Multiple ways to solve this problem. Sorry, but quad precision is not an option. There is no way to achieve quad precision, at least without recourse to some other tool, or exporting the results to a language where quad precision is available.
Brute force, without resource to the symbolic toolbox ... Use my HPF toolbox, which is free to download. I'll use 100 decimal digits of precision, even though
s = hpf('-6.471606349773182e-23');
d = hpf('-6.604939683106516e-23');
See that HPF has no problem in evaluating expressions like those that you have.
So A is just
A = hpf('1.449056603773585e+19')*(log(1+exp(s))-log(1+exp(d)))
As a check with the symbolic toolbox, it yields:
s = sym('-6.471606349773182e-23');
d = sym('-6.604939683106516e-23');
A = sym('1.449056603773585e+19')*(log(1+exp(s))-log(1+exp(d)))
In fact, the symbolic toolbox loses some precision here, because it used limited precision to do some of those computations. And, since you only provided those numbers to about 20 significant digits, what can you expect? But it does reasonably well. The exact result, reporting it as 32 significant digits is:
Can we get that result by using only numerical methods in double precision? Brute force will of course fail, as you found.
A = 1.449056603773585e+19*(log(1+exp(s))-log(1+exp(d)))
So in order to get a viable result for A using double precision, one needs to resort to numerical analysis. We need to understand that even if we could compute this for very tiny numbers s and d, the results log(1+exp(s)) and log(1+exp(d)) are very close to each other. Using HPF, the exact results out to 40 decimal digits are:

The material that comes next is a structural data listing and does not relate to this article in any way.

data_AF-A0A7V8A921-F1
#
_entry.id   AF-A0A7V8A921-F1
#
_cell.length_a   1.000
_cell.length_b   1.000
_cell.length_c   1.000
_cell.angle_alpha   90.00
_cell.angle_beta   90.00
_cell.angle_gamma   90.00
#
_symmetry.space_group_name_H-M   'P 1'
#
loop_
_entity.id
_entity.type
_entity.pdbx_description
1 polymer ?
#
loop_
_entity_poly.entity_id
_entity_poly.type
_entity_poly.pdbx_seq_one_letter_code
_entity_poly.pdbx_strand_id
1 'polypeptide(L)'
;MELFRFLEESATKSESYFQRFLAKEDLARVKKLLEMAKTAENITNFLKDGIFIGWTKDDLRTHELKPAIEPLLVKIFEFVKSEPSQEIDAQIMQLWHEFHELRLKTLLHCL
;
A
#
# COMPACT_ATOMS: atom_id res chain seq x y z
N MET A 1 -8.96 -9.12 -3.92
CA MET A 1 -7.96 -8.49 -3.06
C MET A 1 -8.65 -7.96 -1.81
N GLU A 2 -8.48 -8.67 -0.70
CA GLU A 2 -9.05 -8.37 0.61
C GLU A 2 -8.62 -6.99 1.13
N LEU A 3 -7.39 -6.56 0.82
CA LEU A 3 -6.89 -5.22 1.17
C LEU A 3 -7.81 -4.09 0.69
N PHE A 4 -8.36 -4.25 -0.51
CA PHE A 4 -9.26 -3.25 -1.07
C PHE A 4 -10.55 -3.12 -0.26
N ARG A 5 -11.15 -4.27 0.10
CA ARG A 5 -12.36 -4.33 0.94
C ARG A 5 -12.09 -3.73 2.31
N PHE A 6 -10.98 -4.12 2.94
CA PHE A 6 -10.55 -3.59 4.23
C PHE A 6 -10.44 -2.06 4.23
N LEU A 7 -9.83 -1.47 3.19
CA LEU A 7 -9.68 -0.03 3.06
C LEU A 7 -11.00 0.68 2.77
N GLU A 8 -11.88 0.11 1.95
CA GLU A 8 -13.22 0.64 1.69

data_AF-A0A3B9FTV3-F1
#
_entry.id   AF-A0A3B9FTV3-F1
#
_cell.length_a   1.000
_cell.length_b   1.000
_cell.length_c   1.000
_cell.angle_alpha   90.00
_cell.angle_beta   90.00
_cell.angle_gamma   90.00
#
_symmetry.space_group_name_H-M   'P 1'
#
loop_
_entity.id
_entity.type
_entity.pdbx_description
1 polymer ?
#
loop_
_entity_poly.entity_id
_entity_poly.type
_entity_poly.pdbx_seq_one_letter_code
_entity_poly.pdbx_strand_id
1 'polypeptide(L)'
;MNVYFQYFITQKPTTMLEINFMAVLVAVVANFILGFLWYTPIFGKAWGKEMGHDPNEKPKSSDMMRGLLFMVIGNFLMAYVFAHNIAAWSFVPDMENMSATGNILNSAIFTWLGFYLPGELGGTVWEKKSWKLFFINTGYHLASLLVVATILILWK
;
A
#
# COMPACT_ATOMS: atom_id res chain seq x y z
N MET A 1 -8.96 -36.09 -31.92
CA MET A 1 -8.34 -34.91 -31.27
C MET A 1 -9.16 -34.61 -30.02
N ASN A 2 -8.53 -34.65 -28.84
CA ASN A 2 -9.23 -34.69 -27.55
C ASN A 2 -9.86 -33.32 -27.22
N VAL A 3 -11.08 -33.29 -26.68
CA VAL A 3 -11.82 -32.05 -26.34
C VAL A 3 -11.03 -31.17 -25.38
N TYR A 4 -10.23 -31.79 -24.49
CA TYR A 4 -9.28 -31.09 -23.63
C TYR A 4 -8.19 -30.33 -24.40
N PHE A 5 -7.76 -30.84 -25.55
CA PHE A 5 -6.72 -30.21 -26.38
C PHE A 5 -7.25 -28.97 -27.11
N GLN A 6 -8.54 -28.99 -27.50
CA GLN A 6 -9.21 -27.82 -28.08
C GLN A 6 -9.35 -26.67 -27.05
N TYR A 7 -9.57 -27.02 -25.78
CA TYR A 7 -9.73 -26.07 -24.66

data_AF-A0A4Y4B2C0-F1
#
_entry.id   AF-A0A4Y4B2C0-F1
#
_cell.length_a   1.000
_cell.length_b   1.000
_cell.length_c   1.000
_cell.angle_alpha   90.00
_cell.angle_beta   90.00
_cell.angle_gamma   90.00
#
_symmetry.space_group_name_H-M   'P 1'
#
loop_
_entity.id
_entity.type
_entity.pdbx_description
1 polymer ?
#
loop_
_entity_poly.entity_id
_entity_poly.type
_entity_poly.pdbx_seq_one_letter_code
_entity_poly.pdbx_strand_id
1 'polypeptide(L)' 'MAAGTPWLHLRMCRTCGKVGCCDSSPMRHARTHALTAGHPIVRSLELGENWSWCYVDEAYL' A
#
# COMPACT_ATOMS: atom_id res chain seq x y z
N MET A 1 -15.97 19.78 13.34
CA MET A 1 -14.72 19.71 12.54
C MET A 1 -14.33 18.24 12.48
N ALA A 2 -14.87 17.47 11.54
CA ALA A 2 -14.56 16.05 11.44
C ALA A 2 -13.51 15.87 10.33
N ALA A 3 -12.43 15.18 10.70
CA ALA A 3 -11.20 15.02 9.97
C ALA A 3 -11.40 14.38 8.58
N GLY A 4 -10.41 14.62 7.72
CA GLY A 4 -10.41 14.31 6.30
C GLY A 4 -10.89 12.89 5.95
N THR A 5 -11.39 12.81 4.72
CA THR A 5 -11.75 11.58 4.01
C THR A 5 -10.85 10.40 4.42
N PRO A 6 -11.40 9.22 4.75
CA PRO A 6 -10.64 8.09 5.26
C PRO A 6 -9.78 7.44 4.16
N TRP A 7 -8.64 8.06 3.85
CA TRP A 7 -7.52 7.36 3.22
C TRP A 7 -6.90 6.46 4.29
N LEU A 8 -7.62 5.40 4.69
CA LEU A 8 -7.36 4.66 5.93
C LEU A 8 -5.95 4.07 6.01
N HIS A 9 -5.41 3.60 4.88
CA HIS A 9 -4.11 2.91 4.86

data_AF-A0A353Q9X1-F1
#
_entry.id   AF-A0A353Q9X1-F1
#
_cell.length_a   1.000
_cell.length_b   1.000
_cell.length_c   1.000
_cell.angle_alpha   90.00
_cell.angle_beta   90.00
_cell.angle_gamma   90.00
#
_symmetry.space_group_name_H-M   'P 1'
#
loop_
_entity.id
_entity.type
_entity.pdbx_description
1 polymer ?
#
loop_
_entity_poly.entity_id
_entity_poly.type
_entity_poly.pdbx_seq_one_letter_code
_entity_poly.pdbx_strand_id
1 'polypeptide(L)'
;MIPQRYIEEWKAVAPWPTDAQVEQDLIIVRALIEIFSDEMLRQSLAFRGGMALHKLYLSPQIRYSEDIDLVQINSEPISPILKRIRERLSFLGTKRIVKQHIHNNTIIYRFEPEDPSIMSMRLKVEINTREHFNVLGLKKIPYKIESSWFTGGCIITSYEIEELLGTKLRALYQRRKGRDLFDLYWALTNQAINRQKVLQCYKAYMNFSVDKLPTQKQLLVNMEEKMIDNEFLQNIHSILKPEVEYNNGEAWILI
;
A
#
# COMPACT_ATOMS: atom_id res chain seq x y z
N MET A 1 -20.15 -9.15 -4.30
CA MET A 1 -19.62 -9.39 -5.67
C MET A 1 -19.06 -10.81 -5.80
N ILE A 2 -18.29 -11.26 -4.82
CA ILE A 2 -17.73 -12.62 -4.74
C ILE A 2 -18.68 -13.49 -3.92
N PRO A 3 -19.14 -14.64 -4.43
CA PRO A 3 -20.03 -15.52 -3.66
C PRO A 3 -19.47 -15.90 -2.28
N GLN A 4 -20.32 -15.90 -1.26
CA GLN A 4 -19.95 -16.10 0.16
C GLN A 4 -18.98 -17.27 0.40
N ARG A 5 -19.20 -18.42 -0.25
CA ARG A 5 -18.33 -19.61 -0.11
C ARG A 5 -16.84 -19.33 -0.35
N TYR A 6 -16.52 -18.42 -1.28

So, when we subtract the two results, we will see massive subtractive cancellation. HPF is able to give the exact results here because I did the computations in sufficiently high precision, but then only reported the first 40 digits.
Going back to double precision, even tools in MATLAB like log1p must fail, because exp(s) returns exactly 1. As far as MATLAB is concerned, with doubles for s and d, these two results are identical.
log(1+exp(s)) == log(1+exp(d))
Ok, so can we do something? Yes. With some mental effort. Note that is s is TINY, then exp(s) is essentially 1. And then we lose accuracy because of the massive subtractive cancellation, because both logs are returning essentially log(2).
What if we computed the result of
Of course, we need to do this computation accurately, for very tiny x. First see that
log(1+exp(x)) - log(2) = log((1+exp(x))/2)
When we do the subtraction, those -log(2) terms will exactly cancel each other out. But they enable us to do the computation in double precision. We will need to use a Taylor series. I'll use the symbolic toolbox here, because I'm too lazy to do the algebra on paper.
-x^4/192 + x^2/8 + x/2
For tiny values of x of magnitude smaller than eps, we can truncate that series to one term. But we can see what happens if we use 2 terms anyway.
logapprox1 = @(x) x/2;
logapprox2 = @(x) x/2 + x.^2/8;
s = -6.471606349773182e-23;
d = -6.604939683106516e-23;
format long g
A = 1.449056603773585e+19*(logapprox1(s)-logapprox1(d))
A = 1.449056603773585e+19*(logapprox2(s)-logapprox2(d))
As you can see, the two results are both reasonably accurate. Remember, the exact result (using scientific notation) was:
So our double precision computation was correct out to almost the full precision available using doubles.
The trick was to use finesse. Brute force only works if you are willing and able to do the computation using the proper tools that will support brute force. As I showed, even the symbolic toolbox missed a few digits out there at the end.